Earlier this week I watched Robert Scoble on his book tour talk about his ideas on how blogging from within a company changes the nature of the conversation with the customer. He should know – and I agree with most of his premise (I’d disagree that ‘buzz’ is unique to the blogosphere, but it’s certainly different).
The core of the message was that the blogosphere is both diverse and current, and therefore it’s possible to discover new and interesting things very quickly. That can apply to everything from news to products to gossip. Buzz travels faster in the blogosphere, and there are more (and presumably better) opinions and perspectives.
Then, he brought up Twitter. It’s pretty unlikely you’ve never heard of Twitter – the ‘buzz’ on Twitter as spread quickly, and interestingly often by using Twitter itself. But if you haven’t, it’s essentially a communication vehicle that allows you to be in a virtual conversation with all of your “friends” all of the time by web, IM or mobile phone. It’s fast, slightly addictive, and at least at first a bit overwhelming. (Add me to your Twitter friends if you want to try).
Here’s where it got interesting. We used to learn about new things in time units of days. Newspapers and daily news shows and the like brought us interesting and up-to-date information. Just two months ago, we were learning about new things in hours (sometimes minutes if you happened to be paying attention). Blogs, podcasts, even IM, chat and text messages took a short time to travel around, and we found out about (or our friends told us about) the cool new thing.
Now it’s seconds. I can watch the Twitter streams of people I know will have the latest information. I can spread information to my friends (or anyone who will listen) in a matter of seconds. They can do the same for me.
The marketing perspective? This changes the game. Remember those weeks (or for some of you, months) you spent planning your launch? beta-testing your site/service/product? Well, now, as soon as someone thinks it’s worth talking about (and that can be because it’s cool or because they hate it!), they can tell everyone they know in a matter of seconds. Are you prepared for the rush of attention?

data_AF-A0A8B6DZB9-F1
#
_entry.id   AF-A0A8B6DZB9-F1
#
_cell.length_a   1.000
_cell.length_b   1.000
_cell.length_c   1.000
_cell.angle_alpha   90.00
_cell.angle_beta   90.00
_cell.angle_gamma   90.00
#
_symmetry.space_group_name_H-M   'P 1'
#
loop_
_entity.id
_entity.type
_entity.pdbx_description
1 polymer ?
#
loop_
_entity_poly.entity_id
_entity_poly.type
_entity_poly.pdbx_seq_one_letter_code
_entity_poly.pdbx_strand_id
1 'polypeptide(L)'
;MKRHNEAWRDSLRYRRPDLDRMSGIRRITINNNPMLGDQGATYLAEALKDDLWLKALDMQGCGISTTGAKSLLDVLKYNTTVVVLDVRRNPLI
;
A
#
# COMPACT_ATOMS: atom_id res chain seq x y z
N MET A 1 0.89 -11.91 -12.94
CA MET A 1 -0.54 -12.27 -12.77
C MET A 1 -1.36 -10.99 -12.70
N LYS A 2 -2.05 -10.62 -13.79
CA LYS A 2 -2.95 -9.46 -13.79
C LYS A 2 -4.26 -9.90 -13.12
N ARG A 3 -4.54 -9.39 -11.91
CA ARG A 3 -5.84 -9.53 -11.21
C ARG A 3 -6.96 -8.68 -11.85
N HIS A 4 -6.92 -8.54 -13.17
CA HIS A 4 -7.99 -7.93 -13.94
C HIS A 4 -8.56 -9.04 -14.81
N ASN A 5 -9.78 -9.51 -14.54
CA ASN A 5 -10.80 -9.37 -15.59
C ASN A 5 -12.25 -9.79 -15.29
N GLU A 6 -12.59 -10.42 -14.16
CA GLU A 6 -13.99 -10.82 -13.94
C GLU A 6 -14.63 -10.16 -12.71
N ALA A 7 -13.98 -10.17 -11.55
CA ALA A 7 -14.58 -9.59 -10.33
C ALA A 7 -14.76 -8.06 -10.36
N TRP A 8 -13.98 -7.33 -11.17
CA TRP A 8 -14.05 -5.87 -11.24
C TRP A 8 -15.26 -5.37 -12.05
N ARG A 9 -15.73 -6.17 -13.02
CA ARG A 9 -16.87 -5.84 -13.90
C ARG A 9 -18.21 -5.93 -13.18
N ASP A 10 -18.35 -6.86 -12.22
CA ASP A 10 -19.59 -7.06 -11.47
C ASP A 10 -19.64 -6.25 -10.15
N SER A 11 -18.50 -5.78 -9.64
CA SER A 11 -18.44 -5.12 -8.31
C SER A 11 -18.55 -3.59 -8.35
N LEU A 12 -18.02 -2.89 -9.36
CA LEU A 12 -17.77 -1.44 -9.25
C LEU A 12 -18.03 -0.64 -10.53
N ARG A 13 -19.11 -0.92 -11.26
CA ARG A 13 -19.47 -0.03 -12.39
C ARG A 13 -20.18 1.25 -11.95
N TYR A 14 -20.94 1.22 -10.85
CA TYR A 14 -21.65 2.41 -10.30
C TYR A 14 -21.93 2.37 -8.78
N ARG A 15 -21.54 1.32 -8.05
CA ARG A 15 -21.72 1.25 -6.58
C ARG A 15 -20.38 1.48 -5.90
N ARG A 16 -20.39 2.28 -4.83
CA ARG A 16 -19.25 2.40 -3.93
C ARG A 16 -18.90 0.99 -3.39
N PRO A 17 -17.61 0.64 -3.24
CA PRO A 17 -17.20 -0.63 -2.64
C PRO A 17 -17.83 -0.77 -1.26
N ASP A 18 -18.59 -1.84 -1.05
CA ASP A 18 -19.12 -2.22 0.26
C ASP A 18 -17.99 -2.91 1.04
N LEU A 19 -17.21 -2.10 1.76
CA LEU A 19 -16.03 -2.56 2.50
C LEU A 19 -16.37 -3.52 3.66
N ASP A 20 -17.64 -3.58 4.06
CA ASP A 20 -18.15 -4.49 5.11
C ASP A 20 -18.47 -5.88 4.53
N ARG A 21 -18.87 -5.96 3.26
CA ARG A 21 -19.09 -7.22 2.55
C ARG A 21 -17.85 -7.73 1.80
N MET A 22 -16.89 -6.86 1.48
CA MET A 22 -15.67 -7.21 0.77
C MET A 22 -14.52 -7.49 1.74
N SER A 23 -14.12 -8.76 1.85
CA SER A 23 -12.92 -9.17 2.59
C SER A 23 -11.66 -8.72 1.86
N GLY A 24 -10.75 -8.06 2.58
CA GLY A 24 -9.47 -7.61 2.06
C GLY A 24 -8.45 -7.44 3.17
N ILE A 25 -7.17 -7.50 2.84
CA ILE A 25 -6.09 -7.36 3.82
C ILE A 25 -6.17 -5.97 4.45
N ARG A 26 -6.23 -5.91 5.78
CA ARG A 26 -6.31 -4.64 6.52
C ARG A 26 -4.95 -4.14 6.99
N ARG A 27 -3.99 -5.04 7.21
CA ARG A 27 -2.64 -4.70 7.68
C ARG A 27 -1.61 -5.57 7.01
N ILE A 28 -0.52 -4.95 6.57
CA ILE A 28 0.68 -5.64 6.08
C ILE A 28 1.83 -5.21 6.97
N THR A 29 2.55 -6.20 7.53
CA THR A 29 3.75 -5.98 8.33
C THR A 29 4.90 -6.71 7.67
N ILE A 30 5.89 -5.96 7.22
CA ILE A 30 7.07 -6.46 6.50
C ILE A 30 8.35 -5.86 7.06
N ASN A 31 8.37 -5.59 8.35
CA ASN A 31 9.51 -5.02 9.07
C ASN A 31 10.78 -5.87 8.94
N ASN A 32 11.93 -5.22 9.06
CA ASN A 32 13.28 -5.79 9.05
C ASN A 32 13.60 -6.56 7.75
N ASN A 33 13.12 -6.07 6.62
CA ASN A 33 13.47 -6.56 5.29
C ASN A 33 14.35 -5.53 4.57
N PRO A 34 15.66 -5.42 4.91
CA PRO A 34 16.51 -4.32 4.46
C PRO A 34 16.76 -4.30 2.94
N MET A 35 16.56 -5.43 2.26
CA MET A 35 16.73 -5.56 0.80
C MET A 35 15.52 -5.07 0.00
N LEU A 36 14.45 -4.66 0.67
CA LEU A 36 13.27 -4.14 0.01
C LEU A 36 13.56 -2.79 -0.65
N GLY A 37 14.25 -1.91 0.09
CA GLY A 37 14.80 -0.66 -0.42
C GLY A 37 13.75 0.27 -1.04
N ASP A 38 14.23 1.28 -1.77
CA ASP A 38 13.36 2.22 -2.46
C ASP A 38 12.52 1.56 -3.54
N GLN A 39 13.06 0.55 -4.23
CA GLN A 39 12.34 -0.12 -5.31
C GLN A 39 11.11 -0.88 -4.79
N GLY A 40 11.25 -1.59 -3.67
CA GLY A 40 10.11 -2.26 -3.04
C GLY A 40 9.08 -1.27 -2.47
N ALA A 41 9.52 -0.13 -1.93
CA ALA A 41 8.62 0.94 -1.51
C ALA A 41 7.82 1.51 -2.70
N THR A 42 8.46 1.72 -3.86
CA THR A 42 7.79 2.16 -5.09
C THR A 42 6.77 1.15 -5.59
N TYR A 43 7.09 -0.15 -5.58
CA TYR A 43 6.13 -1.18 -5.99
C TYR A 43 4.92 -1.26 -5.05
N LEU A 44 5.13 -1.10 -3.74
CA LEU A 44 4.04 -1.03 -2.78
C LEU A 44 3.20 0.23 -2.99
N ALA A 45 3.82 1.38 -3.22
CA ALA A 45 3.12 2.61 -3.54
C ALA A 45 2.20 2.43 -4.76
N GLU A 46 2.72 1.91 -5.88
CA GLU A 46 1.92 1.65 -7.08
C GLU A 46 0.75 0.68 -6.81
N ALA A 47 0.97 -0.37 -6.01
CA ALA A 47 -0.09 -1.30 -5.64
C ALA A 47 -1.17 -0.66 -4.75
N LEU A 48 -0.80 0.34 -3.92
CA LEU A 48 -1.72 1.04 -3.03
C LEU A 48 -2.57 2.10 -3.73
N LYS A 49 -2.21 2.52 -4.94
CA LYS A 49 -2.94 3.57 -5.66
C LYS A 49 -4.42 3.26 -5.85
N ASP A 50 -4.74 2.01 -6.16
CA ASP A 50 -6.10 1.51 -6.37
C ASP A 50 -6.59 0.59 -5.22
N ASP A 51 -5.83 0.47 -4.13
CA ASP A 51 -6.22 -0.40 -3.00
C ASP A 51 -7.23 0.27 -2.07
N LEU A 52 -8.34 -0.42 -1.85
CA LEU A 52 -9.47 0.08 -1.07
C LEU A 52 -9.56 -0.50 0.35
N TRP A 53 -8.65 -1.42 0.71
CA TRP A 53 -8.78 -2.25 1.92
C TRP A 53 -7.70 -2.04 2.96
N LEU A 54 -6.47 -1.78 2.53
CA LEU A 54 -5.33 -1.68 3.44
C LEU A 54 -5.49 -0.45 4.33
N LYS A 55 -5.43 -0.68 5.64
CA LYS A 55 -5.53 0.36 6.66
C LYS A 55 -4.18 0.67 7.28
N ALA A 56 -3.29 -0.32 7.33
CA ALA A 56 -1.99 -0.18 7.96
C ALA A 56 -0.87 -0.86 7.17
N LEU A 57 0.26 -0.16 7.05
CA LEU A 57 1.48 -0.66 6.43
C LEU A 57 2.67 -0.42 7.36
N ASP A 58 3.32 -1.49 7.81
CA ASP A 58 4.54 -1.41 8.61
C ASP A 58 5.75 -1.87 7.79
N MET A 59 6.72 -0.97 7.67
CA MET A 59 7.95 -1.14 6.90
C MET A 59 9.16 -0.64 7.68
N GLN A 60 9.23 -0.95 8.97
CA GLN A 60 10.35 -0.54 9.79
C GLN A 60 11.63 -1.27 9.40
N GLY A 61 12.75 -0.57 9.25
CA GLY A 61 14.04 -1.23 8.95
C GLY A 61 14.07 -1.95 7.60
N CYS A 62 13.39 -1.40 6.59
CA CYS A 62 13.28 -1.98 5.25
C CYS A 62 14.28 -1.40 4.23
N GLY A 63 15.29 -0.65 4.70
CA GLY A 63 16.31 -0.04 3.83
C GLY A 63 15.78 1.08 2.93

And are you prepared to admit that you’ve now not only lost control over the message, but that old-hat “we’re not ready to make this widely known yet” – sorry, I’d have to say that if Scoble (or anyone who becomes widely followed) twitters about it, it’s widely known.
If you don’t believe it, look at the exposure Twitter got on blogs and in the news within just the first month or two after opening their site (search Technorati if you don’t believe me). And the most talked about topic on Twitter? Twitter! (maybe McLuhan was right…)
The point: The speed of buzz just got a lot faster. Maybe the speed of information did also.
This means you have to be prepared to be very public and, to use the current jargon, transparent, much faster and much more readily. Your audience will form opinions much sooner than you expect, and you won’t have much opportunity to influence them.
If what you’re offering is great – good for you – you have a good chance at a rapid success. If what you’re offering meets with disapproval, your audience will know it and move on just as quickly.
I don’t know if Twitter will be the ultimate way that the speed of buzz takes yet another leap, but it’s proof that the leap will happen. Get ready.